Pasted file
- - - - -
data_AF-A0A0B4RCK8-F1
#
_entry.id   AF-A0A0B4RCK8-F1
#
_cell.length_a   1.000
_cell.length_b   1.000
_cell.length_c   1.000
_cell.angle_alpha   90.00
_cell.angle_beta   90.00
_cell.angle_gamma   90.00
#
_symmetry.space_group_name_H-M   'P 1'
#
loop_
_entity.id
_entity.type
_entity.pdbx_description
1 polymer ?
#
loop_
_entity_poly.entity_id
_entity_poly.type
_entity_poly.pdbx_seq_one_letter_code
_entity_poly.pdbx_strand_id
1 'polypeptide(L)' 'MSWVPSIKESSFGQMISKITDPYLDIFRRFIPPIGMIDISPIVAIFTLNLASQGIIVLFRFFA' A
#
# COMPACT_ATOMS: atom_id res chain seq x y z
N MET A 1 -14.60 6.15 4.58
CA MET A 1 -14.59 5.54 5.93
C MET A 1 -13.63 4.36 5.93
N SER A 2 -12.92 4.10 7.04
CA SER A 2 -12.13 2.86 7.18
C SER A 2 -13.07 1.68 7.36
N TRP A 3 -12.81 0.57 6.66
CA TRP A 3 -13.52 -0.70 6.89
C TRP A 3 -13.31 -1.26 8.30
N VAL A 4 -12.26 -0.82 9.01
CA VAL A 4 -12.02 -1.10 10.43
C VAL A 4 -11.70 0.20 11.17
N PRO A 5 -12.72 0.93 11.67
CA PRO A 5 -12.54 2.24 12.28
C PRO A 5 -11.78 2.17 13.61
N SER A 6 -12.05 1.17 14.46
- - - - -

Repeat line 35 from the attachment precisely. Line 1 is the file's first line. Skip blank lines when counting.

CA TRP A 3 -13.52 -0.70 6.89